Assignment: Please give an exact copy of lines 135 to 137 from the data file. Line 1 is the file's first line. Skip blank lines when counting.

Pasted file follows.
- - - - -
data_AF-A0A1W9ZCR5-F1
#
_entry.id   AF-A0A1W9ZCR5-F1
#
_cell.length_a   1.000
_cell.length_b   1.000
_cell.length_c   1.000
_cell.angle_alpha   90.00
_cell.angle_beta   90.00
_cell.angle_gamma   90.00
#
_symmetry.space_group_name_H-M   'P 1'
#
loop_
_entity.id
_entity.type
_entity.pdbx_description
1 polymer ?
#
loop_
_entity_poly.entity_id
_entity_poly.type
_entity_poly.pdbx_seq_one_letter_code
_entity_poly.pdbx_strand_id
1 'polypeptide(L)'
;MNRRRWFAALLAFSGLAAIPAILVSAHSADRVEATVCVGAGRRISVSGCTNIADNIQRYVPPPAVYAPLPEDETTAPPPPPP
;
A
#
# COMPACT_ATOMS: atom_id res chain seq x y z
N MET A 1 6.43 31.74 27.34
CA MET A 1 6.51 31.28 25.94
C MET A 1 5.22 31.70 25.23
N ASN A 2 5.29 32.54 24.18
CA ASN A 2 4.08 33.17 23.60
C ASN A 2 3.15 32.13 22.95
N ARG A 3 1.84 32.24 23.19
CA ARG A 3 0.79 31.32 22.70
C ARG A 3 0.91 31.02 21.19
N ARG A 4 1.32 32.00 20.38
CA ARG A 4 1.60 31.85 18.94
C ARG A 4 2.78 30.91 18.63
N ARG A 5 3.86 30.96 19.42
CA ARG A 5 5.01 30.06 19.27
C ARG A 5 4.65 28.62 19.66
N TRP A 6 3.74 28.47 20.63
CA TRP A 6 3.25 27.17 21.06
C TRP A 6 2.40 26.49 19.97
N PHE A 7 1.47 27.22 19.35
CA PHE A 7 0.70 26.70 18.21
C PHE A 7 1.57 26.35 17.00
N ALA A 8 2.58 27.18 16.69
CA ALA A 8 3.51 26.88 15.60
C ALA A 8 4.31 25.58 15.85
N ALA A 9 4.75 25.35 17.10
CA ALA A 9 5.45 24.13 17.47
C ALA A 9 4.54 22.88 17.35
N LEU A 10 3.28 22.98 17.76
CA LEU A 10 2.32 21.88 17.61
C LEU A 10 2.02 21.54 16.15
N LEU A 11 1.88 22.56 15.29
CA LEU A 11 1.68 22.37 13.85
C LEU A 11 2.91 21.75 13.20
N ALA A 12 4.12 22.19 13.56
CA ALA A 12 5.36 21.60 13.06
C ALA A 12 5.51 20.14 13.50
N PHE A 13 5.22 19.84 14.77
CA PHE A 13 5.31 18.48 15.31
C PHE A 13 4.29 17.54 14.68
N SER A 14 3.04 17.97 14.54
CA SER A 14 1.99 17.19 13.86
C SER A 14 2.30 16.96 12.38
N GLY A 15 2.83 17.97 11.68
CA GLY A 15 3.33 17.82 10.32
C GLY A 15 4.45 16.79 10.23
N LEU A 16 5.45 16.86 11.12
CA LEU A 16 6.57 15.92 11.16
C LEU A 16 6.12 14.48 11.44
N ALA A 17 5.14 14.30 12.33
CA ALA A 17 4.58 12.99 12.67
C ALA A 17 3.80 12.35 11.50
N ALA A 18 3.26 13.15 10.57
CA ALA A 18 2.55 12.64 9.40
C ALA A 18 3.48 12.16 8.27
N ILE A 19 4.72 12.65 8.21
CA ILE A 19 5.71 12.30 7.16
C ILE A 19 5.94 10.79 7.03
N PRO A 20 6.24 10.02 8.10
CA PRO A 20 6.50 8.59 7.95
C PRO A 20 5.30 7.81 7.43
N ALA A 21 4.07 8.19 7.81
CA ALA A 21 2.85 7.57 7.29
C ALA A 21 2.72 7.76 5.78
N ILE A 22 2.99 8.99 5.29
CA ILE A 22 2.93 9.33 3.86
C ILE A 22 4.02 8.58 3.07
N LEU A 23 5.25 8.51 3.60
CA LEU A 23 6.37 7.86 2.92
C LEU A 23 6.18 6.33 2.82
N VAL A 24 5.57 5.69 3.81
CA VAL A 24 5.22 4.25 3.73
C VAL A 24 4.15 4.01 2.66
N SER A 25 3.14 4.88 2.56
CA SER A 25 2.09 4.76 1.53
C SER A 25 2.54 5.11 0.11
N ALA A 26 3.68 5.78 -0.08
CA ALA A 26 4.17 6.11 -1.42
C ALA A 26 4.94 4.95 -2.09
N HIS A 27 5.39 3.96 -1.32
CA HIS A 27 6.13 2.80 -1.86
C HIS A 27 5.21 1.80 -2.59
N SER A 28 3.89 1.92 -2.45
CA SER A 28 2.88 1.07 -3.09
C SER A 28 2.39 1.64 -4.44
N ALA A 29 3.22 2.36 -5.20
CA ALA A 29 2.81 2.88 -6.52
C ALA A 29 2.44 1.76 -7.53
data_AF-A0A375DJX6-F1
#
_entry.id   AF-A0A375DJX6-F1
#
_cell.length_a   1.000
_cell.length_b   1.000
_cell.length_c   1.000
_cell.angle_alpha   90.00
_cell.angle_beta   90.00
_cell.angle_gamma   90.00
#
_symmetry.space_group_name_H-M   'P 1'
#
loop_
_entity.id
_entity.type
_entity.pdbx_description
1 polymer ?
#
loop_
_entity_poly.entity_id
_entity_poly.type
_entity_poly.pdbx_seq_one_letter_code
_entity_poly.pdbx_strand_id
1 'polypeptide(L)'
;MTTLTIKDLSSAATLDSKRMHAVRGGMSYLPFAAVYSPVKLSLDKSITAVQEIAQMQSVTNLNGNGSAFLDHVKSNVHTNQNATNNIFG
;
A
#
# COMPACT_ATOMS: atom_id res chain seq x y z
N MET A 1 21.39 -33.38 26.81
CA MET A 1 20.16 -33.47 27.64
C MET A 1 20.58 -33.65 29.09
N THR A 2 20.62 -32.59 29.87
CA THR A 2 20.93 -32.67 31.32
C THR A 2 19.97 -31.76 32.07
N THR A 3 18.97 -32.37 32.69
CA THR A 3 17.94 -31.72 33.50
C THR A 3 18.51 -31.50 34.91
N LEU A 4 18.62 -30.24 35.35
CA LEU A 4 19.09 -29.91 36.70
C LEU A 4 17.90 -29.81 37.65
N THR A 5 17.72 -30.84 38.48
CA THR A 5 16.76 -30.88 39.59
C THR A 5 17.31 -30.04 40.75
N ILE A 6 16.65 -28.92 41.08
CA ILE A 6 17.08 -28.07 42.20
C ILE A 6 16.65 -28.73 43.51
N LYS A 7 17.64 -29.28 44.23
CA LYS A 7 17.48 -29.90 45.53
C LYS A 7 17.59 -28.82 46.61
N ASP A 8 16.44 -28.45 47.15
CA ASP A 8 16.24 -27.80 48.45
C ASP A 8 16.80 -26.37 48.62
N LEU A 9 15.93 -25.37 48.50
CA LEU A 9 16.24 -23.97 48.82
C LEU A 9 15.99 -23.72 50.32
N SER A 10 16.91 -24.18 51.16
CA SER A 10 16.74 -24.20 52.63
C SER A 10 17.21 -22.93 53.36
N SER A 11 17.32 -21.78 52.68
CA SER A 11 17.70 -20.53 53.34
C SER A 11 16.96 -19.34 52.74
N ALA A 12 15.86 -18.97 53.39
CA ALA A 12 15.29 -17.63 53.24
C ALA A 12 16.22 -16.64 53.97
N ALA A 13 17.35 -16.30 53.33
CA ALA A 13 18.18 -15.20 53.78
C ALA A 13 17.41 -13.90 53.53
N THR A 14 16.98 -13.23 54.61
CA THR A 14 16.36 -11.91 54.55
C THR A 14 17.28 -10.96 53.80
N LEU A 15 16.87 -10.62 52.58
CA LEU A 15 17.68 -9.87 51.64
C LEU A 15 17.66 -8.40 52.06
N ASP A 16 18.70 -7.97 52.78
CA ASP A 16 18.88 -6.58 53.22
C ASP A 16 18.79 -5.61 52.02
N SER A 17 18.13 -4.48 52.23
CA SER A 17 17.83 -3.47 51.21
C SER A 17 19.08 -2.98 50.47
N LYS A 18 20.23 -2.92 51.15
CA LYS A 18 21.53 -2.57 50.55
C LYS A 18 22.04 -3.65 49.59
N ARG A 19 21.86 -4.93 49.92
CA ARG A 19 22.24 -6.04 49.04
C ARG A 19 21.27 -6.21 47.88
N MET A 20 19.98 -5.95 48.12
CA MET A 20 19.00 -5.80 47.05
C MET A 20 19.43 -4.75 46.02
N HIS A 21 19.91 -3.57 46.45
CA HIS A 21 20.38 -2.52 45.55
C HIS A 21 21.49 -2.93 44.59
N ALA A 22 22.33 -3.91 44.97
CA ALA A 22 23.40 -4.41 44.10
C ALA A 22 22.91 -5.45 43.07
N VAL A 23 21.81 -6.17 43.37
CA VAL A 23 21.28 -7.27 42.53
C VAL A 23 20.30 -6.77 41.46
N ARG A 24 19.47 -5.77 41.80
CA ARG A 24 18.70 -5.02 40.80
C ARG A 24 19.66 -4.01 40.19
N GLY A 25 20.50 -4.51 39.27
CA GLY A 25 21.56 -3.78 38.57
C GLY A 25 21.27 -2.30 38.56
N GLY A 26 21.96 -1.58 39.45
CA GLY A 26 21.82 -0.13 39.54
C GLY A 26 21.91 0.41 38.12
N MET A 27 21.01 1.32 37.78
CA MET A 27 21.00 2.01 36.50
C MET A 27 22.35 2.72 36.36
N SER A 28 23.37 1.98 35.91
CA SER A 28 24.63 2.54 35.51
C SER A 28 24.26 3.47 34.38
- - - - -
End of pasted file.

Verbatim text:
1 polymer ?
#
loop_